By Sid Perkins
Huge ripples in Earth’s atmosphere called Rossby waves help to steer the planet’s jet streams and weather patterns. Now, a study in Nature Astronomy offers the best evidence yet that similar large-scale features also exist on the Sun1.
Rossby waves were discovered in Earth’s atmosphere in the late 1930s. Driven by a planet’s rotation, they’ve been seen in the atmospheres of other planets, as well as in Earth’s oceans. In theory, these waves can form in any rotating fluid, says Scott McIntosh, a solar physicist at the National Center for Atmospheric Research in Boulder, Colorado and lead study author.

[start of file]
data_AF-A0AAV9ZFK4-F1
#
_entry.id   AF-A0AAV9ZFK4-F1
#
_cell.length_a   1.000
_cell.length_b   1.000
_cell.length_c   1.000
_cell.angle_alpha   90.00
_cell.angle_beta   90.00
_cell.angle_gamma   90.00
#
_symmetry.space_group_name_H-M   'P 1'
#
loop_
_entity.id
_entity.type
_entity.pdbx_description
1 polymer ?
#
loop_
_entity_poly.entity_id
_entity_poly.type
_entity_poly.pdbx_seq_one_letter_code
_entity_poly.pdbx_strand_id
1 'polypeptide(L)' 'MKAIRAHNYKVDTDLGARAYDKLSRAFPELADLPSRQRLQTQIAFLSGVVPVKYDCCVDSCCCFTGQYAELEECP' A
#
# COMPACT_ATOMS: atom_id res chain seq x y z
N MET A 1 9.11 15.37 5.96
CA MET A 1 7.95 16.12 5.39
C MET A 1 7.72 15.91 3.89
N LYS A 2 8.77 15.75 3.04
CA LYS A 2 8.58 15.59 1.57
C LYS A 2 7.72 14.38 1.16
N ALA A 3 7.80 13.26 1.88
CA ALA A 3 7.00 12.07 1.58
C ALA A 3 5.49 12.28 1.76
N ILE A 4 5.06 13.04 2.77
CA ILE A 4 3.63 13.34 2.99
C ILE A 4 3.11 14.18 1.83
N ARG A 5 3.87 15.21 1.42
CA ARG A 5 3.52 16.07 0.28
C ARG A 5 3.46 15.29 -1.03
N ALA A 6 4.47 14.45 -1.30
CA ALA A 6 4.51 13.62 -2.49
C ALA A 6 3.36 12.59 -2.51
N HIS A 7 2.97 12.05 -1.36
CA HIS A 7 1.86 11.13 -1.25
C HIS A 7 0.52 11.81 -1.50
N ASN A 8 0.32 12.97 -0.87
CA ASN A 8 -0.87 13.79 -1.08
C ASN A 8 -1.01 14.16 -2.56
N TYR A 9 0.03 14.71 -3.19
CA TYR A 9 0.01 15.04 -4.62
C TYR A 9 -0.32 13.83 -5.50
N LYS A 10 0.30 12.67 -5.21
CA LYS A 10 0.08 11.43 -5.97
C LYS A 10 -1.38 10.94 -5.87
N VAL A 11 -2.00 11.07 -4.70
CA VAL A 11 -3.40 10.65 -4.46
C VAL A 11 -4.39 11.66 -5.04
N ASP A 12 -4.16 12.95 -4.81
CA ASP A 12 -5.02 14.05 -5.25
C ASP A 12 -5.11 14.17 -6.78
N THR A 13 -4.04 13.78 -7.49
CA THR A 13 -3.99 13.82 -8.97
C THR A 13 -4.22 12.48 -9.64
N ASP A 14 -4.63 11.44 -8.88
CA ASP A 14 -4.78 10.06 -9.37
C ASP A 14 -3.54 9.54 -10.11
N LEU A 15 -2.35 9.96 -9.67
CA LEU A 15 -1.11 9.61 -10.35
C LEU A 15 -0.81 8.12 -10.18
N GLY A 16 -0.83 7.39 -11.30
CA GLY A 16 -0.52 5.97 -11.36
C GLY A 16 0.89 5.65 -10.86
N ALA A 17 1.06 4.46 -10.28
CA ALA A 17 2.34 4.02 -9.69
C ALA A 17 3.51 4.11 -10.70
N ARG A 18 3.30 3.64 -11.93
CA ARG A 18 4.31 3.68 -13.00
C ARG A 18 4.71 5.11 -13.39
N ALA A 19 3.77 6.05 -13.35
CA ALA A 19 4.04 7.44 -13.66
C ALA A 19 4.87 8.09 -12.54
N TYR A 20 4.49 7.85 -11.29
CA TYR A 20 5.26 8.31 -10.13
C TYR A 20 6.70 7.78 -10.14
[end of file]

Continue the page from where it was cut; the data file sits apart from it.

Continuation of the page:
Researchers have long sought evidence of Rossby waves on the Sun, he says. And an enhanced understanding of these features and their movements could help scientists to better predict the formation of sunspots and the eruption of solar flares.
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